Emory Miller | Two heads, one vision

The individual who had the biggest impact on the work of government in the last 25 years was Flyzik Forman. Let me explain.

During the late 1980s and '90s, IT leaders were still seeking their place, role and identity in a government business environment where the latest technological offering was driving customer needs and the marketplace.

We were realizing the potential for IT to solve larger organizational and governmental problems ' and at the same time were overwhelmed with its expense and our responsibility to be good stewards of our agencies' growing resources. Then came Executive Order 13011 and ' lo and behold ' we became chief information officers!

Well, that solved our identity crisis, but, 'Now what,' we asked? What was a CIO to do? And more important, now that we had constituted a Federal CIO Council, what was a gaggle of CIOs to do? In walk'Jim Flyzik and Mark Forman. No, not at the same time, but on the same continuum ' sharing a common vision to make this government better for the citizens and businesses of this country.

Jim Flyzik [former CIO at the Treasury Department, now president of the Flyzik Group] began by helping us understand the potential for techno-birds of a feather to collaborate by sharing common interests, issues, problems, ideas and solutions. The group responded and quickly learned that there was great benefit in sharing lessons learned and innovative thought.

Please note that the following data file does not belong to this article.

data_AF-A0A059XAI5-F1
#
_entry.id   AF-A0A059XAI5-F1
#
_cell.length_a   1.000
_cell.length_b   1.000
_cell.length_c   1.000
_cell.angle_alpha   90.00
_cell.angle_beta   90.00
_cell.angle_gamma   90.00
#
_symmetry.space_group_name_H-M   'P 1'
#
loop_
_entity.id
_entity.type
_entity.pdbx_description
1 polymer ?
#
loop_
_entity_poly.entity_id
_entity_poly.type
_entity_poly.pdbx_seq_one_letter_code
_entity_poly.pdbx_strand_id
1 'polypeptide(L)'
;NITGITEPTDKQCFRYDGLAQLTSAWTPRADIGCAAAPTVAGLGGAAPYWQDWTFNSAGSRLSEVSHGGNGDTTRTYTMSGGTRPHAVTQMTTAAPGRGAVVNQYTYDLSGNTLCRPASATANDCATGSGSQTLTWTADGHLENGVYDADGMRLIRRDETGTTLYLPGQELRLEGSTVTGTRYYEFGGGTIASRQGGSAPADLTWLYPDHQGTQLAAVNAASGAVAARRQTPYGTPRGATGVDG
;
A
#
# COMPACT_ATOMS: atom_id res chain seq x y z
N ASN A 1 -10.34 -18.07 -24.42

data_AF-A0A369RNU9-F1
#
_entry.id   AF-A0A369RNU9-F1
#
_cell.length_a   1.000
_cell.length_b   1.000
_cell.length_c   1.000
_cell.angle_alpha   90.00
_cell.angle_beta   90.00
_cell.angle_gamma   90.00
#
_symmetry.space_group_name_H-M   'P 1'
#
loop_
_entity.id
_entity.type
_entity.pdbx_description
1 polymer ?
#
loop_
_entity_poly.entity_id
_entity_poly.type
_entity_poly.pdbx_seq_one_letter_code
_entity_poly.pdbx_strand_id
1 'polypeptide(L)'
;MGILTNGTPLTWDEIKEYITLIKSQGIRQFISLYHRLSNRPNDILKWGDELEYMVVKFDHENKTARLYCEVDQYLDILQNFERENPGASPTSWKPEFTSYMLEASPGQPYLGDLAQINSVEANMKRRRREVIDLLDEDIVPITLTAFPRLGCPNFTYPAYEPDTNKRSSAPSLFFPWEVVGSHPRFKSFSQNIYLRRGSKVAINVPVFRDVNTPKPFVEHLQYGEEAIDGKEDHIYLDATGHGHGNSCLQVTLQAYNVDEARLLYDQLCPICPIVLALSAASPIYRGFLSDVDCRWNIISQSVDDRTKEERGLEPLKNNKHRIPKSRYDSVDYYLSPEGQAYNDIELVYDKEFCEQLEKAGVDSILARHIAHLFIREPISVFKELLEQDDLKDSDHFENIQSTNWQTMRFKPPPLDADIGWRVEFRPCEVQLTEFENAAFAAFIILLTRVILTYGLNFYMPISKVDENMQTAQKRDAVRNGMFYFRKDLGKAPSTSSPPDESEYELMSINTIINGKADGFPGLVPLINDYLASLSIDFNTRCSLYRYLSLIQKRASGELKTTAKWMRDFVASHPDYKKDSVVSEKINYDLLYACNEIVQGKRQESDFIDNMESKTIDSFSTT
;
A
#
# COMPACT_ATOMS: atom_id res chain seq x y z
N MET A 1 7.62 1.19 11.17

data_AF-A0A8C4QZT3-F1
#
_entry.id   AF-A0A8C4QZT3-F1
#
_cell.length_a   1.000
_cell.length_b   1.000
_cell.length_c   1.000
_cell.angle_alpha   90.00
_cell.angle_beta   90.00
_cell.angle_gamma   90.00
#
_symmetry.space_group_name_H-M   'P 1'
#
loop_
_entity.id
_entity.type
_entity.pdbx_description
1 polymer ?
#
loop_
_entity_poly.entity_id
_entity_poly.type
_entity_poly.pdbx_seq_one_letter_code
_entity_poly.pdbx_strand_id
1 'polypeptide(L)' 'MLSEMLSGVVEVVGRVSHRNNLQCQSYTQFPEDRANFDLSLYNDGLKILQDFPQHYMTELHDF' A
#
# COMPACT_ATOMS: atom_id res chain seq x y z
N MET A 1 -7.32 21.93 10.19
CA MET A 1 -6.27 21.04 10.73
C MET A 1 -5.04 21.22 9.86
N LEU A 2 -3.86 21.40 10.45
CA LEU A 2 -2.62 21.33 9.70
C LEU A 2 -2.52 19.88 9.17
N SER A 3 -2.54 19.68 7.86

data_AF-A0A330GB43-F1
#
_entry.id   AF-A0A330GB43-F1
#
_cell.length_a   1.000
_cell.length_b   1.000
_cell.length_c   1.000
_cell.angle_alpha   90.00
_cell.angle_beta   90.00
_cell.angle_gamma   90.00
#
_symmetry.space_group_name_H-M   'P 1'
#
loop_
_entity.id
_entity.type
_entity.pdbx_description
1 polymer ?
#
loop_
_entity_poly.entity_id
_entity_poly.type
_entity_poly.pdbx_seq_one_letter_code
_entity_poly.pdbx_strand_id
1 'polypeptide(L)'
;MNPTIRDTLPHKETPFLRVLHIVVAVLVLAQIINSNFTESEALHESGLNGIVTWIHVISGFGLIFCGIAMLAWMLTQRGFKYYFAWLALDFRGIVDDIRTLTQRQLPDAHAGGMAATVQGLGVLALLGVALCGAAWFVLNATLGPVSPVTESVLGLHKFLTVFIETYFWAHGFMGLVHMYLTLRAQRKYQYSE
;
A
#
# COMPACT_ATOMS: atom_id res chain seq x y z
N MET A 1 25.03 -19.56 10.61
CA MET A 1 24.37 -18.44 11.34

Quickly, we realized 'the wisdom was in the room,' and the CIO Council was a collaborative and productive space.

A few years later, Mark Forman [former OMB administrator for e-government and IT, now a principal with KPMG] came on the scene. He walked in the same room with a vision for an electronic government in his hip pocket and a value for what the CIO Council had done and was about to do. E-government initiatives, lines of business and a federal enterprise architecture were birthed, and we were on the way to a resultsfocused government.

What more is there to say but, 'thank you' to two gentlemen who had the vision, courage and conviction to take us to new place of service to our citizens.

Emory Miller is a senior vice president at Robbins-Gioia and former General Services Administration director of professional leadership.


  • business meeting (Monkey Business Images/Shutterstock.com)

    Civic tech volunteers help states with legacy systems

    As COVID-19 exposed vulnerabilities in state and local government IT systems, the newly formed U.S. Digital Response stepped in to help. Its successes offer insight into existing barriers and the future of the civic tech movement.

  • data analytics (Shutterstock.com)

    More visible data helps drive DOD decision-making

    CDOs in the Defense Department are opening up their data to take advantage of artificial intelligence and machine learning tools that help surface insights and improve decision-making.

Stay Connected